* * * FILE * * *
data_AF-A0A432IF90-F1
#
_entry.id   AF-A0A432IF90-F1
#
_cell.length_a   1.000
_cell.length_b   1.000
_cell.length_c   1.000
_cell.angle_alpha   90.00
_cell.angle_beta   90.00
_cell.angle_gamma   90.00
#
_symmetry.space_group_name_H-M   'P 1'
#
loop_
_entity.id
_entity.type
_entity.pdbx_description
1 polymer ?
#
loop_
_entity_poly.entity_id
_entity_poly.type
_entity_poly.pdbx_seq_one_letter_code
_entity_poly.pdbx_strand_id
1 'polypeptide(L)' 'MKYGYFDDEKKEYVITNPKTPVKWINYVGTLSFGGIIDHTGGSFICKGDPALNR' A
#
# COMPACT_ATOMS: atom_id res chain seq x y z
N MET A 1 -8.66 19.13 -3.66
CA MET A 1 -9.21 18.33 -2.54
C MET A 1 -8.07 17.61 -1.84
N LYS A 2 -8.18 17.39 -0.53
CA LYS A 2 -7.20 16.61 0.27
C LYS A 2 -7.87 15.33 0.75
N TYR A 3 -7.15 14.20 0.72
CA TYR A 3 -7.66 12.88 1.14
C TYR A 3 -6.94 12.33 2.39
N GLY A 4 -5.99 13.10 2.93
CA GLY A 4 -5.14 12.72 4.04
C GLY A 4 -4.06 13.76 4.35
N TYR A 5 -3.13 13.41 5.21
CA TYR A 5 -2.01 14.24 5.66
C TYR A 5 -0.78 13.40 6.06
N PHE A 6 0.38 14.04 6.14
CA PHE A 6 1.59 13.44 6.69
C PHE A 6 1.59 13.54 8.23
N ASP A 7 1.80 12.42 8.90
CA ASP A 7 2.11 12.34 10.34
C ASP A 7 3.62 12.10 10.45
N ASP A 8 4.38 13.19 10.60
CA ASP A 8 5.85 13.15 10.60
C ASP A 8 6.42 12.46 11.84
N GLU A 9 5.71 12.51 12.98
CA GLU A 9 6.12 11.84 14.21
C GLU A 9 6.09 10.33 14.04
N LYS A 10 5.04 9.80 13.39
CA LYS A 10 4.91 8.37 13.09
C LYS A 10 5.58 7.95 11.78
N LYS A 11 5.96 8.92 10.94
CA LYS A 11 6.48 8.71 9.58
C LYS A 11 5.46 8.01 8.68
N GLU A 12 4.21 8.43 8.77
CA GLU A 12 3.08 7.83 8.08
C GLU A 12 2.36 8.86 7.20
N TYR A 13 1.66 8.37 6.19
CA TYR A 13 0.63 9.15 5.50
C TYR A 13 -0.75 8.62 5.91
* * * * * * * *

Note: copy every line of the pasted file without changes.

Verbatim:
data_AF-A0A432IF90-F1
#
_entry.id   AF-A0A432IF90-F1
#
_cell.length_a   1.000
_cell.length_b   1.000
_cell.length_c   1.000
_cell.angle_alpha   90.00
_cell.angle_beta   90.00
_cell.angle_gamma   90.00
#
_symmetry.space_group_name_H-M   'P 1'
#
loop_
_entity.id
_entity.type
_entity.pdbx_description
1 polymer ?
#
loop_
_entity_poly.entity_id
_entity_poly.type
_entity_poly.pdbx_seq_one_letter_code
_entity_poly.pdbx_strand_id
1 'polypeptide(L)' 'MKYGYFDDEKKEYVITNPKTPVKWINYVGTLSFGGIIDHTGGSFICKGDPALNR' A
#
# COMPACT_ATOMS: atom_id res chain seq x y z
N MET A 1 -8.66 19.13 -3.66
CA MET A 1 -9.21 18.33 -2.54
C MET A 1 -8.07 17.61 -1.84
N LYS A 2 -8.18 17.39 -0.53
CA LYS A 2 -7.20 16.61 0.27
C LYS A 2 -7.87 15.33 0.75
N TYR A 3 -7.15 14.20 0.72
CA TYR A 3 -7.66 12.88 1.14
C TYR A 3 -6.94 12.33 2.39
N GLY A 4 -5.99 13.10 2.93
CA GLY A 4 -5.14 12.72 4.04
C GLY A 4 -4.06 13.76 4.35
N TYR A 5 -3.13 13.41 5.21
CA TYR A 5 -2.01 14.24 5.66
C TYR A 5 -0.78 13.40 6.06
N PHE A 6 0.38 14.04 6.14
CA PHE A 6 1.59 13.44 6.69
C PHE A 6 1.59 13.54 8.23
N ASP A 7 1.80 12.42 8.90
CA ASP A 7 2.11 12.34 10.34
C ASP A 7 3.62 12.10 10.45
N ASP A 8 4.38 13.19 10.60
CA ASP A 8 5.85 13.15 10.60
C ASP A 8 6.42 12.46 11.84
N GLU A 9 5.71 12.51 12.98
CA GLU A 9 6.12 11.84 14.21
C GLU A 9 6.09 10.33 14.04
N LYS A 10 5.04 9.80 13.39
CA LYS A 10 4.91 8.37 13.09
C LYS A 10 5.58 7.95 11.78
N LYS A 11 5.96 8.92 10.94
CA LYS A 11 6.48 8.71 9.58
C LYS A 11 5.46 8.01 8.68
N GLU A 12 4.21 8.43 8.77
CA GLU A 12 3.08 7.83 8.08
C GLU A 12 2.36 8.86 7.20
N TYR A 13 1.66 8.37 6.19
CA TYR A 13 0.63 9.15 5.50
C TYR A 13 -0.75 8.62 5.91